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Re: Handling "drive-by" doctoring bills following surgery?

Post by munemaker » Fri Dec 02, 2016 12:25 pm

BW1985 wrote:After reading some of that NY Times article with out of network surprise doctors billing $50k, 100k, 150k, ect. you'd think that the insurance company would dictate to the hospital that if they're in network they can't use any out of network personnel in their hospital. After all, the insurance company is who gets stuck with the ridiculous out-of-network charge after the patients out-of-pocket maximum is reached. Right? Why don't the insurance companies mandate this to the hospital in order to be in-network?

So if I had a drive by doctor bill $117k like in article, I'd be responsible for $10k (my out-of-network OOP max) and the insurance company $107k.
My current employer plan has different out-of-pocket limits for in-network and out-of-network. I am retiring in February, and the ObamaCare plan I am leaning toward covers ZERO for out of network. To answer your question, I say it all depends on your plan.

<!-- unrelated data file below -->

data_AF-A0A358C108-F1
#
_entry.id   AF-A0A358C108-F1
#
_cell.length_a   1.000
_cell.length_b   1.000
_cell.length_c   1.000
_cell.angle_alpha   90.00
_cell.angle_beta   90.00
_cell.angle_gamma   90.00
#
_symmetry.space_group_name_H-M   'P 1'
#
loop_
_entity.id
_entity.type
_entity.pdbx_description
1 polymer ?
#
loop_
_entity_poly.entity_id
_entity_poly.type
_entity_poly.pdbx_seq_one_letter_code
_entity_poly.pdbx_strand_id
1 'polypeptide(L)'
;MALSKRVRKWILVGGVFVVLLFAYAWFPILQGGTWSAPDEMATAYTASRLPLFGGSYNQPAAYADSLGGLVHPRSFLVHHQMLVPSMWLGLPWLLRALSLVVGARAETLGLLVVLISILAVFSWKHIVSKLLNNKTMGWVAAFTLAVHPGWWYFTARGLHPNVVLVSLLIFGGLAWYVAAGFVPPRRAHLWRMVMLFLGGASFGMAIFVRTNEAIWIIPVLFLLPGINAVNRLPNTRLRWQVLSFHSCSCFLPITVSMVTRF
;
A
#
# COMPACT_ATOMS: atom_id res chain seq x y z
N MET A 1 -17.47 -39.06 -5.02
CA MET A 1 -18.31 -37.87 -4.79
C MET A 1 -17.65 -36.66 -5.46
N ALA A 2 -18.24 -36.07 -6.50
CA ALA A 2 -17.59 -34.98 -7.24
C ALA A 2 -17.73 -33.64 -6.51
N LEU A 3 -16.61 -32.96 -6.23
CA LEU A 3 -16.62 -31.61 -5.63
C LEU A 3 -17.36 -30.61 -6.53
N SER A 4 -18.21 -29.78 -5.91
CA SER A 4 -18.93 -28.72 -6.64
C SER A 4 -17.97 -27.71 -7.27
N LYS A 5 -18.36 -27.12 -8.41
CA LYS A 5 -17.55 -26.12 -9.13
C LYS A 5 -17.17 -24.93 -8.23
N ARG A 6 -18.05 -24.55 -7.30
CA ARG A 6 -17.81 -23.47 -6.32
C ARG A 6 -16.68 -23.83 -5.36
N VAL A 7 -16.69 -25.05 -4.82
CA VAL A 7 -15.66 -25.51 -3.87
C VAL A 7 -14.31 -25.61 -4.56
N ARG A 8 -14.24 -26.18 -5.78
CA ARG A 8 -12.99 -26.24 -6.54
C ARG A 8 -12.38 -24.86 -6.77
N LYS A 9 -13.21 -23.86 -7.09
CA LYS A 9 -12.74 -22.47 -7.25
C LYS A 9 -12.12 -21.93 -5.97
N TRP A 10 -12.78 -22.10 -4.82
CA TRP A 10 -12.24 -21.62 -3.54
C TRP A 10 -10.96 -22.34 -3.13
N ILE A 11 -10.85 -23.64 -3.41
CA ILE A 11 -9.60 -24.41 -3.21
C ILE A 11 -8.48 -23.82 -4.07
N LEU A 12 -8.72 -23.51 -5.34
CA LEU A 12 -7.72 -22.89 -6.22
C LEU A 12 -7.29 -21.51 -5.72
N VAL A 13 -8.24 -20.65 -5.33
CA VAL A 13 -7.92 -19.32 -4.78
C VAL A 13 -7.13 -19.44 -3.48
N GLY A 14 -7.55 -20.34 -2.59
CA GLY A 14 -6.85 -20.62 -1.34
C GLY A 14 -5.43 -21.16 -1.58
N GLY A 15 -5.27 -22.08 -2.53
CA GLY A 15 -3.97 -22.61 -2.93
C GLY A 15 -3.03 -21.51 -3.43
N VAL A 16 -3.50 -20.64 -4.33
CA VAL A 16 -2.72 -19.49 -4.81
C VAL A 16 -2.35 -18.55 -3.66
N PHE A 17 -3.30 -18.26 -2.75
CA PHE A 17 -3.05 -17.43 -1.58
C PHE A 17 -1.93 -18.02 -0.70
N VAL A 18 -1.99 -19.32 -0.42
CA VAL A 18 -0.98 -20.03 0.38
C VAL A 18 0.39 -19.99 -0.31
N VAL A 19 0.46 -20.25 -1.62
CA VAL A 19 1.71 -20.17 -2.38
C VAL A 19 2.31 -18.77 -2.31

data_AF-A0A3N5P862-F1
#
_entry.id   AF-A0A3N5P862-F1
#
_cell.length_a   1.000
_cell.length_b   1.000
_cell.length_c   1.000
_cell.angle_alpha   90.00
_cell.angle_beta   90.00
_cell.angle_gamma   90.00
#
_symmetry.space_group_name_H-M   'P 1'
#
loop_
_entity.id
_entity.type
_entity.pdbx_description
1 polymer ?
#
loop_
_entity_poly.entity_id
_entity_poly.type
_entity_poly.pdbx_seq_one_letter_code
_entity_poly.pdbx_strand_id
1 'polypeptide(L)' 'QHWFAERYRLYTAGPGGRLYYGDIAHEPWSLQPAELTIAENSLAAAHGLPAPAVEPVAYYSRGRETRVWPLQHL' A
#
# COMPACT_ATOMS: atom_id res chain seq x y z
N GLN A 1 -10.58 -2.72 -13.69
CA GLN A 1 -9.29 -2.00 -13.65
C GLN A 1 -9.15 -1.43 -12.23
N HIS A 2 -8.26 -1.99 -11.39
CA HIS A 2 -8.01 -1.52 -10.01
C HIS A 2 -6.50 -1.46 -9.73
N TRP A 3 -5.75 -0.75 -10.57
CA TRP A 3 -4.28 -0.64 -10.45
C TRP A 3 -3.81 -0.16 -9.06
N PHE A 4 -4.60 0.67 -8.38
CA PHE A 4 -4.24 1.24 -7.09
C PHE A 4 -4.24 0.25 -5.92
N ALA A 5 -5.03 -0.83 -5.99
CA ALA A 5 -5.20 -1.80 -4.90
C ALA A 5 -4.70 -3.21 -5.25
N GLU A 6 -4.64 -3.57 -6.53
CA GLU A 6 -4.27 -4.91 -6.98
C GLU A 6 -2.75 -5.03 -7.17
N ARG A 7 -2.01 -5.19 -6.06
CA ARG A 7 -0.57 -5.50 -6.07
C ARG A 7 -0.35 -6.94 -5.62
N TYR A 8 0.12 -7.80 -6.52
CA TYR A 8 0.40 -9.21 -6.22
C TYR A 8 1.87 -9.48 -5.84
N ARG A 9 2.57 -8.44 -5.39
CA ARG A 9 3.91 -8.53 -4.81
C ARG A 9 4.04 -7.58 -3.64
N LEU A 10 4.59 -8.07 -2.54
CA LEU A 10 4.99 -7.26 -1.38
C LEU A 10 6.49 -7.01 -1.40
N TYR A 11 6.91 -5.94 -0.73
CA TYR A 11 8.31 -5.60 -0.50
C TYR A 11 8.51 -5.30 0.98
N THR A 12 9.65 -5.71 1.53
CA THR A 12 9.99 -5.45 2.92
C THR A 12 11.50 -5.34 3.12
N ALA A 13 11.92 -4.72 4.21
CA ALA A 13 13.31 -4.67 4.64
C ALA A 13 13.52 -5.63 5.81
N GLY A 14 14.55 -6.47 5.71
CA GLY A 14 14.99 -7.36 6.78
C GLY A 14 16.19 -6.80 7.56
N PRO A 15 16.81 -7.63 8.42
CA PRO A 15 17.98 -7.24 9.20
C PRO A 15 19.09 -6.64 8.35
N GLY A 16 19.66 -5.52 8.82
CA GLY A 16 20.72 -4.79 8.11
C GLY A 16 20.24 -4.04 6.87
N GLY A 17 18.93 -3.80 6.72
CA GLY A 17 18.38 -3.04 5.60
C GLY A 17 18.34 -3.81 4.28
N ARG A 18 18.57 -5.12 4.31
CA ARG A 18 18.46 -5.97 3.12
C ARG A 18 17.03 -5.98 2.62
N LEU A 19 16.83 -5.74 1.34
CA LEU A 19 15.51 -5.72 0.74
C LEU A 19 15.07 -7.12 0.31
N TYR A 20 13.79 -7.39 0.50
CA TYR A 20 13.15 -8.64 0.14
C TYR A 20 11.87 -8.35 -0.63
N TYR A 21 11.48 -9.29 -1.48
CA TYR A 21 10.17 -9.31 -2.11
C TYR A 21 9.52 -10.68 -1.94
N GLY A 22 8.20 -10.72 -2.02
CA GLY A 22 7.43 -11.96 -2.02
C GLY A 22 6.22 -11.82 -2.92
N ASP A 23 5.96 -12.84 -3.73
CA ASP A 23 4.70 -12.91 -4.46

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Re: Handling "drive-by" doctoring bills following surgery?

Post by toofache32 » Fri Dec 02, 2016 12:37 pm

hornet96 wrote:
toofache32 wrote:This sounds like expensive equipment, did he own it or did the hospital? I routinely bring my own expensive equipment (costing several thousand dollars I purchased myself) to the hospital because they don't want to buy it. I have to pay to have it serviced and when it breaks I have to buy a new one. Doesn't your plumber have a van he has to take care of?
Don't you use this "expensive equipment" on multiple patients (probably hundreds) each year? Should each patient be billed for the full value of that equipment so that you get reimbursed many times over for the costs of that equipment?

The point being that surely the all-in cost of the equipment used (including maintenance, etc.) cannot comprise a significant proportion of the ~$5,000 billed to the insurance company by each of the consulting physicians for one patient for what has been described as a routine procedure.